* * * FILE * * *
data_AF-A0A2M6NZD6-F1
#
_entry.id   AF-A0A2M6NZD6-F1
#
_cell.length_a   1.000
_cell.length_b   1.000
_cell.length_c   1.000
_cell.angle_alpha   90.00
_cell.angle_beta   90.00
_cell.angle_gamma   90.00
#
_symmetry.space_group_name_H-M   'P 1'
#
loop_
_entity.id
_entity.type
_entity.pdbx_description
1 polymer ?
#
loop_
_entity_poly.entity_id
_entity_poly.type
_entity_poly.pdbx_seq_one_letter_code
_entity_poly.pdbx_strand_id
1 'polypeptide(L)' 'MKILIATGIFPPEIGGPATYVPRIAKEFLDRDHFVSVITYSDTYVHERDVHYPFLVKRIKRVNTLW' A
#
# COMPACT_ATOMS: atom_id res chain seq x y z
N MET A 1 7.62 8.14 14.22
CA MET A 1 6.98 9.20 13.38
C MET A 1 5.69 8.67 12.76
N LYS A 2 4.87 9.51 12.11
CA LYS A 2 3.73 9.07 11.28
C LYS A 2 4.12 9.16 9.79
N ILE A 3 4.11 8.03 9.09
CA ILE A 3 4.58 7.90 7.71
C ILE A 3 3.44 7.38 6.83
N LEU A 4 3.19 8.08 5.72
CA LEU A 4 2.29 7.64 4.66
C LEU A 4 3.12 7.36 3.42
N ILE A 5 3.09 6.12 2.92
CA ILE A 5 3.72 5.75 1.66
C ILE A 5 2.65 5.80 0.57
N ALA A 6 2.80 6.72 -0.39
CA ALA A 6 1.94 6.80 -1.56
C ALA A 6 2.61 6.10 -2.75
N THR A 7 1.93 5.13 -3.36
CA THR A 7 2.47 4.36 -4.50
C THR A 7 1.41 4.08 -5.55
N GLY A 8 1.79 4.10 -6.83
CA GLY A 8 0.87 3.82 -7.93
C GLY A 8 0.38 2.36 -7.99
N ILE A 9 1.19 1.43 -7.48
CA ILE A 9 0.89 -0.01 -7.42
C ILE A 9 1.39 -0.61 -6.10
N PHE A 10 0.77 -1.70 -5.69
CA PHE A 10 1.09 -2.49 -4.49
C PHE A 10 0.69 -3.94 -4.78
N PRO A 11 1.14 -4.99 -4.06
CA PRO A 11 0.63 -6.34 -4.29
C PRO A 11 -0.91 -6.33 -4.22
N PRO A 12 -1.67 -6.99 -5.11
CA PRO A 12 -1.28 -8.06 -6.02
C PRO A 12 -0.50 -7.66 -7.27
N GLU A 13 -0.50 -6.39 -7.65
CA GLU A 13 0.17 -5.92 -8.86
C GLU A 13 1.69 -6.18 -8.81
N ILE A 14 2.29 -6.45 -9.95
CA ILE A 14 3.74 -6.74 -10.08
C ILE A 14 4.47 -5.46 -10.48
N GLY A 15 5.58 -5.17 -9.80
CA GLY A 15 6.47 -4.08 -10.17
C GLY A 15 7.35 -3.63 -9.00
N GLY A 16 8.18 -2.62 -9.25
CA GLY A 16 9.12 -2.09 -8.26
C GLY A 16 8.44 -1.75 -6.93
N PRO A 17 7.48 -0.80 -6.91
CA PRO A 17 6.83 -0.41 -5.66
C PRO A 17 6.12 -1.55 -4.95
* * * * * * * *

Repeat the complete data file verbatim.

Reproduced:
data_AF-A0A2M6NZD6-F1
#
_entry.id   AF-A0A2M6NZD6-F1
#
_cell.length_a   1.000
_cell.length_b   1.000
_cell.length_c   1.000
_cell.angle_alpha   90.00
_cell.angle_beta   90.00
_cell.angle_gamma   90.00
#
_symmetry.space_group_name_H-M   'P 1'
#
loop_
_entity.id
_entity.type
_entity.pdbx_description
1 polymer ?
#
loop_
_entity_poly.entity_id
_entity_poly.type
_entity_poly.pdbx_seq_one_letter_code
_entity_poly.pdbx_strand_id
1 'polypeptide(L)' 'MKILIATGIFPPEIGGPATYVPRIAKEFLDRDHFVSVITYSDTYVHERDVHYPFLVKRIKRVNTLW' A
#
# COMPACT_ATOMS: atom_id res chain seq x y z
N MET A 1 7.62 8.14 14.22
CA MET A 1 6.98 9.20 13.38
C MET A 1 5.69 8.67 12.76
N LYS A 2 4.87 9.51 12.11
CA LYS A 2 3.73 9.07 11.28
C LYS A 2 4.12 9.16 9.79
N ILE A 3 4.11 8.03 9.09
CA ILE A 3 4.58 7.90 7.71
C ILE A 3 3.44 7.38 6.83
N LEU A 4 3.19 8.08 5.72
CA LEU A 4 2.29 7.64 4.66
C LEU A 4 3.12 7.36 3.42
N ILE A 5 3.09 6.12 2.92
CA ILE A 5 3.72 5.75 1.66
C ILE A 5 2.65 5.80 0.57
N ALA A 6 2.80 6.72 -0.39
CA ALA A 6 1.94 6.80 -1.56
C ALA A 6 2.61 6.10 -2.75
N THR A 7 1.93 5.13 -3.36
CA THR A 7 2.47 4.36 -4.50
C THR A 7 1.41 4.08 -5.55
N GLY A 8 1.79 4.10 -6.83
CA GLY A 8 0.87 3.82 -7.93
C GLY A 8 0.38 2.36 -7.99
N ILE A 9 1.19 1.43 -7.48
CA ILE A 9 0.89 -0.01 -7.42
C ILE A 9 1.39 -0.61 -6.10
N PHE A 10 0.77 -1.70 -5.69
CA PHE A 10 1.09 -2.49 -4.49
C PHE A 10 0.69 -3.94 -4.78
N PRO A 11 1.14 -4.99 -4.06
CA PRO A 11 0.63 -6.34 -4.29
C PRO A 11 -0.91 -6.33 -4.22
N PRO A 12 -1.67 -6.99 -5.11
CA PRO A 12 -1.28 -8.06 -6.02
C PRO A 12 -0.50 -7.66 -7.27
N GLU A 13 -0.50 -6.39 -7.65
CA GLU A 13 0.17 -5.92 -8.86
C GLU A 13 1.69 -6.18 -8.81
N ILE A 14 2.29 -6.45 -9.95
CA ILE A 14 3.74 -6.74 -10.08
C ILE A 14 4.47 -5.46 -10.48
N GLY A 15 5.58 -5.17 -9.80
CA GLY A 15 6.47 -4.08 -10.17
C GLY A 15 7.35 -3.63 -9.00
N GLY A 16 8.18 -2.62 -9.25
CA GLY A 16 9.12 -2.09 -8.26
C GLY A 16 8.44 -1.75 -6.93
N PRO A 17 7.48 -0.80 -6.91
CA PRO A 17 6.83 -0.41 -5.66
C PRO A 17 6.12 -1.55 -4.95